Imaging spatial heterodyne spectroscopy (ISHS) was invented by Roesler and Harlander and applied to the far UV. It also has advantages for remote sensing applications in the visible and IR bands. We have designed, assembled, and ground-tested a new instrument designed for eventual airborne or spaceborne deployment for imaging spectroscopy at ultraspectral resolution. IRISHS is a true, imaging, Fourier transform spectrometer (FTS) with a fully open square field of view, where the third dimension required to assemble data cubes is acquired by scanning the FOV linearly over the scene. Spatially displayed fringes are difference with a spatial frequency determined by a pair of diffraction gratings, giving easily sampled fringe patterns. The current system operates between 8 and 12.5 microns in six sub-bands and employs a 256 X 256 pixel focal plane array. In comparison to dispersive imaging spectrometers with equivalent resolution, ISHS has: 1) much larger etendue in a small package; 2) full-field imaging for ease in image reconstruction; 3) approximately the same signal-to-noise ratio in equivalent observing scenarios, expect in the case where the entire dispersive spectrometer is cryogenically cooled. In comparison to conventional FTS, ISHS has: 1) no moving parts during data collection; 2) pushbroom imaging, 3) approximately the same S/N for equivalent conditions, 4) much lower data rate.
We present the Infrared Imaging Spatial Heterodyne Spectrometer (IRISHS) experiment. IRISHS is a new hyperspectral imaging spectrometer for remote sensing being developed by Los Alamos National Laboratory for use in identifying and assaying gases in the atmosphere when viewed against the Earth's background. The prototype instrument, which can operate between 8 and 11.5 micrometers (although the current IR camera operates from 8 - 9.5 micrometers), will be described. Imaging spatial heterodyne spectrometer technology is discussed in four companion papers also presented at this symposium.
The hemispherical optimized net radiometer (HONER) is an instrument under development at the Los Alamos National Laboratory as part of the Atmospheric Radiation measurements/Unmanned Aerospace Vehicles (ARM/UAV) program. HONER is a radiometer which will either measure directly the difference between the total upwelling and downwelling fluxes or the individual fluxes and will provide a means of measuring the atmospheric radiative flux divergence. Unlike existing instruments which only measure the upwelling and downwelling fluxes separately, HONER will achieve an optical difference by chopping the two fluxes alternately onto a common pyroelectric detector. HONER will provide data resolved into the two relevant spectral bands; one covering the solar dominated region from less than 0.4 micrometer to approximately 4 micrometers and the other covering the region from approximately 4 micrometers to greater than 50 micrometers, dominated by thermal radiation. The means of separating the spectral regions guarantees seamless summation to calculate the total flux. The fields-of-view are near-hemispherical, upward and downward. The instrument can be converted, in flight, from the differential mode to absolute mode, measuring the upwelling and downwelling fluxes separately and simultaneously. The instrument also features continuous calibration from on-board sources. We describe the basic design and operation of the sensor head and the on-board reference sources as well as the means of the initial deployment on a UAV. This instrument can also be used in ground-based, space, or other airborne applications.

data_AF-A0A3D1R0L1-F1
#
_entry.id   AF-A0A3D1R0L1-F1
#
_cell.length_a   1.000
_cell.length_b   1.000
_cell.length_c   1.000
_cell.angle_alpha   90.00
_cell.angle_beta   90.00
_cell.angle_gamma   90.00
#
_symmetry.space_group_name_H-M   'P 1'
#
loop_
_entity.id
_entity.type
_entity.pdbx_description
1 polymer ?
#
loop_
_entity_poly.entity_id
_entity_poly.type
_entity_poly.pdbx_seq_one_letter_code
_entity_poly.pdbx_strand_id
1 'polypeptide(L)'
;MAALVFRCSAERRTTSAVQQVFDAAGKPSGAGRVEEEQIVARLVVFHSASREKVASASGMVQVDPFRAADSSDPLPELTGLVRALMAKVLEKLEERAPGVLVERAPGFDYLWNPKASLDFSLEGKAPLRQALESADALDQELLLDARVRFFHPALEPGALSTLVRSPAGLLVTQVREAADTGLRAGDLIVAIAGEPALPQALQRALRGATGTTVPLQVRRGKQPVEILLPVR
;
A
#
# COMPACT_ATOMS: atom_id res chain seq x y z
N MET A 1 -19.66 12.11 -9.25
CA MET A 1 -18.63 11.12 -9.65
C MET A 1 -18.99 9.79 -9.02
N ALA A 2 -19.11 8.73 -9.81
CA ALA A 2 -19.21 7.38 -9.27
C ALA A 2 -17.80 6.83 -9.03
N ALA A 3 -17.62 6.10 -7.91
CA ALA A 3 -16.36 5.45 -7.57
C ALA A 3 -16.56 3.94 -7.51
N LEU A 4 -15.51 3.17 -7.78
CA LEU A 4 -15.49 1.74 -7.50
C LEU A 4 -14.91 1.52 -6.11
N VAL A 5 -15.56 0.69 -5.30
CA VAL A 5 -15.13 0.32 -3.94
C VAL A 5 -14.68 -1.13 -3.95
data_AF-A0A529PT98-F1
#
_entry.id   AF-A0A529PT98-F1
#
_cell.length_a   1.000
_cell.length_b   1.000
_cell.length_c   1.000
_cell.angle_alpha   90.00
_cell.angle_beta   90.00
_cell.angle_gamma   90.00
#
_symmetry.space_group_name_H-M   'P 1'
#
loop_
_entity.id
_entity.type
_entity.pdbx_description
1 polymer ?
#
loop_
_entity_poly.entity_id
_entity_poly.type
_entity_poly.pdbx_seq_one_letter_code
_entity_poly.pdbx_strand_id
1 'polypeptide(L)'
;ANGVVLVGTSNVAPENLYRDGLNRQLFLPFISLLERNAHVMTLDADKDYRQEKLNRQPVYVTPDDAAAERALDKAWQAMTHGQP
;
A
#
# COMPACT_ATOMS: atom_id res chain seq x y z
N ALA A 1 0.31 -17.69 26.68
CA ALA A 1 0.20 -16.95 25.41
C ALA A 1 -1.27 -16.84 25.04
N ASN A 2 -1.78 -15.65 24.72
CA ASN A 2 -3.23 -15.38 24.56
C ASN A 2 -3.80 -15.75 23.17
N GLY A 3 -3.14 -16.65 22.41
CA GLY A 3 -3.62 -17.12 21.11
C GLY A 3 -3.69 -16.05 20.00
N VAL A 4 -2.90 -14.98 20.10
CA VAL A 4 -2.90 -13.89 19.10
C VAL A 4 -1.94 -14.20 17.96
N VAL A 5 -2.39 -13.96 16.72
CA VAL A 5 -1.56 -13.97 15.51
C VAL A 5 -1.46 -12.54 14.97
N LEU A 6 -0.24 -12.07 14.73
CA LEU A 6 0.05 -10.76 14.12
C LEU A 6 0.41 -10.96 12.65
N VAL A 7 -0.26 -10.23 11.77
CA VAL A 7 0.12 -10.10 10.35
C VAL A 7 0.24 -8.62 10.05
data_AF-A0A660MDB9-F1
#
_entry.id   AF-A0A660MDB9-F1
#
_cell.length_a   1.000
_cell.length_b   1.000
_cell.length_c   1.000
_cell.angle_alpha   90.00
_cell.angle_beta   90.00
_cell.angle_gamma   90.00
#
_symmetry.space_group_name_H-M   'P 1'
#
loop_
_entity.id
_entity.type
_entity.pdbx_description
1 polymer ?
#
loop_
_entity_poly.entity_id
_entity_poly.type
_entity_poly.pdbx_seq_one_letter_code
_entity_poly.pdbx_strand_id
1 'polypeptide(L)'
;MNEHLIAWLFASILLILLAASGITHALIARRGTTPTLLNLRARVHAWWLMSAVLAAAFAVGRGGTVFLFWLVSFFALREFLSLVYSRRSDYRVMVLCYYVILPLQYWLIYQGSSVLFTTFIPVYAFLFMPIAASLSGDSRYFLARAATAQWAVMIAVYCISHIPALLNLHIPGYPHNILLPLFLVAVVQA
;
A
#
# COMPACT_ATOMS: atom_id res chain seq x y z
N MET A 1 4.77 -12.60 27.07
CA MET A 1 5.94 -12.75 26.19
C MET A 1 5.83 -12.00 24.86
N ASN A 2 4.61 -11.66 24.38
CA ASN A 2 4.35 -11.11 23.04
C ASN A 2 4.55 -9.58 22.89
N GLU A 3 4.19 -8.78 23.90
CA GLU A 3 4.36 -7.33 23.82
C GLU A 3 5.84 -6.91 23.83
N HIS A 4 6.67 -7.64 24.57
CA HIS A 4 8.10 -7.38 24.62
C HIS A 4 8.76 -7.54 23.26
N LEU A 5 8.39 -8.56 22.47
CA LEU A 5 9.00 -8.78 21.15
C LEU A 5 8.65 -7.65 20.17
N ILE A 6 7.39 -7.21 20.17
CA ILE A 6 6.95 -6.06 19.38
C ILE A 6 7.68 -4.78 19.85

We have developed a mathematical model of a technique in which a pyramidal arrangement of wavelength-selective optical detectors can be used to determine the identity (wavelength), intensity, and direction of arrival of laser irradiation. The advantages of this technique are that only unobtrusive, skin-like structures are required and that the large collection areas provide high sensitivity. The disadvantage is that the angular resolution (approximately 5 degrees in a 60 degree field of view) is less than that which can be achieved using methods requiring thicker structures. The detector elements are large-area, polyvinylidine fluoride, pyroelectric devices with wavelength selective coatings. We situated four identical arrays of these elements on the top and sides of a frustrated, three-sided prism. Because only the relative orientations are significant, we are able to use selected regions on the surface of an existing structure in an application of this work. Our efforts included developing the mathematical description of the system and, using coated detectors whose performance was experimentally verified, modeling the response to in-channel, monochromatic radiation. Although we limited our model to a simple, two-channel system, the concept and algorithm can easily be extended to a system of any reasonable number of nonoverlapping channels.